Category: Black Metal / Industrial / Experimental
Album: Dirty Remix
Blurb: As visceral and as violent as any in this Italian act’s past releases, this remix companion emphasizes Aborym’s more electronic and industrial aspects without sacrificing any of the extreme metal intensity.
For over two decades, Aborym has stood as something of an enigma; an extreme metal entity whose incorporation of harsh electronics and industrial atmospheres (… or is it the other way around?) has enabled the group to stand in a class all its own. In 2013, the band released its sixth album, the appropriately titled Dirty, which further solidified the Aborym aesthetic and skating the fine lines between decrepit mechanical ambience and scathing blackened metal. As a companion piece, Dirty Remix adds to its parent album’s intensity with both the band and a throng of outside talents emphasizing the electronics without sacrificing the aggression.
To kick off the proceedings, Aborym offers the new track “All the Way Alive,” which immediately sets the tone for Dirty Remix with nary a guitar to be heard, but still full of haunting samples and bombastic percussive attacks to give the song a viciously epic feel. The band then reaches back a full decade with a new version of “Does Not Compute” from With No Human Intervention, although if one were to listen to the two tracks back-to-back, one would be hard-pressed to discern a considerable difference beyond an adjustment in the overall production; the song still retains the original’s spastic IDM rhythms and caustic metallic textures, and does well to maintain the pulse of Dirty Remix until the remixes proper begin.
Of the three versions of “Helter Skelter Youth” present, fellow industrialized metalhead Mortiis opts for a slower, more menacing buildup of cacophonous guitars and synths, the percussion pummeling its way into the listener’s psyche, while Throne of Molok’s Pervy remix has its sights set on the dance floor with pounding four-on-the-floor beats and glitchy samples. Arguably, Red Sector A’s Stigmata remix is the least interesting with its more straightforward programmed metal response, the guitars and Malfeitor Fabban’s croaking vocals taking prominence, though it should please fans of the band’s more metal based audience. The same can be said of the Blackbirds 11 remix of “I Don’t Know” given its frantic and unrelenting onslaught of guitars and rapid fire drumbeats, although the song’s more melodic properties are not lost in this version. Kingdom’s Tanz mit Aborym remix of “Irreversible Crisis” stands in stark contrast to the sparser, more ominous and darkly ambient Rotten Core remix by Narchost, although it works rather well when paired with XP8’s high octane electro/EBM version of “Dirty.” However, it is that Narchost version of “Irreversible Crisis” that ends the album and rightly so as it is, in this writer’s opinion, the best and most sonically adventurous track on Dirty Remix.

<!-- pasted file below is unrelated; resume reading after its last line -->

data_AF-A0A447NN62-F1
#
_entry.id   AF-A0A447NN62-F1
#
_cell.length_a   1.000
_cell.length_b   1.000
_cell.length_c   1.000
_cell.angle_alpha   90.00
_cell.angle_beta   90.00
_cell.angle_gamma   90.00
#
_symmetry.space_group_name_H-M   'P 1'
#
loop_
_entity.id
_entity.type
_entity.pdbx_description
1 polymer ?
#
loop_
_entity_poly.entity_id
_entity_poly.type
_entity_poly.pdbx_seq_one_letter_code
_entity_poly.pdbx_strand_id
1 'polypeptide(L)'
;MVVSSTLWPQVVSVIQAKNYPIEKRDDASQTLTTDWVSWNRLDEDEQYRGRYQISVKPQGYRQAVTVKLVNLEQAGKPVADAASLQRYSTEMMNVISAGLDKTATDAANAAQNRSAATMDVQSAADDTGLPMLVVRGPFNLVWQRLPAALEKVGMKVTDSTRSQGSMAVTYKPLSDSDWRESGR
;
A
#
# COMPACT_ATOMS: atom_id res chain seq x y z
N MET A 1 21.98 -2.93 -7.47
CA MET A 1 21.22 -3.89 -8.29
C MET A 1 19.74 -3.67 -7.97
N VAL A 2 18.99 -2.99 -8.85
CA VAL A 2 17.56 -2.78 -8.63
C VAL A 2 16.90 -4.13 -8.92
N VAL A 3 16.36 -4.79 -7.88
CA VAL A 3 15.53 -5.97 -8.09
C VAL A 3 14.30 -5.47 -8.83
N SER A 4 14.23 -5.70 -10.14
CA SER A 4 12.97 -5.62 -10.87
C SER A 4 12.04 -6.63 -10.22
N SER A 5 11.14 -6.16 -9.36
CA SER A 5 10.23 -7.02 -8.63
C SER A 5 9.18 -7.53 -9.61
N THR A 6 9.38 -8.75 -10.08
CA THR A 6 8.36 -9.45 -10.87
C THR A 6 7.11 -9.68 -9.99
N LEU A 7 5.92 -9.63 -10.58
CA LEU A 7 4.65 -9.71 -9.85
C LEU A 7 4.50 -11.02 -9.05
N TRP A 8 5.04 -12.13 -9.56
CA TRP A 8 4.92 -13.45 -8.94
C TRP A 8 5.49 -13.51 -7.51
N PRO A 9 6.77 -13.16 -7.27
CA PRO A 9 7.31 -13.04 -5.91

As a limited edition release, Dirty Remix is purely for the hardcore fans of Aborym, as well as those few who enjoy the juxtaposition of ugliness and beauty in music. As visceral and as engaging as any in the group’s past output, this is an album that will undoubtedly please the more rivethead base of Aborym’s audience, despite its occasional reminders of the act’s virulently extreme metal leanings; and just as difficult a task to endure from beginning to end, Dirty Remix is not an album for those who don’t revel in a fair helping of violent audio.
Aborym Website http://www.aborym.it
Aborym MySpace http://www.myspace.com/aborym666
Aborym Facebook http://www.facebook.com/aborymofficial
Aborym Twitter http://twitter.com/aborym1992
Aborym ReverbNation http://www.reverbnation.com/aborym
Aborym SoundCloud http://soundcloud.com/aborymofficial
Stridulation Records Website http://www.stridulationrecords.com
Stridulation Records Facebook https://www.facebook.com/stridulation
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Ilker Yücel (Ilker81x)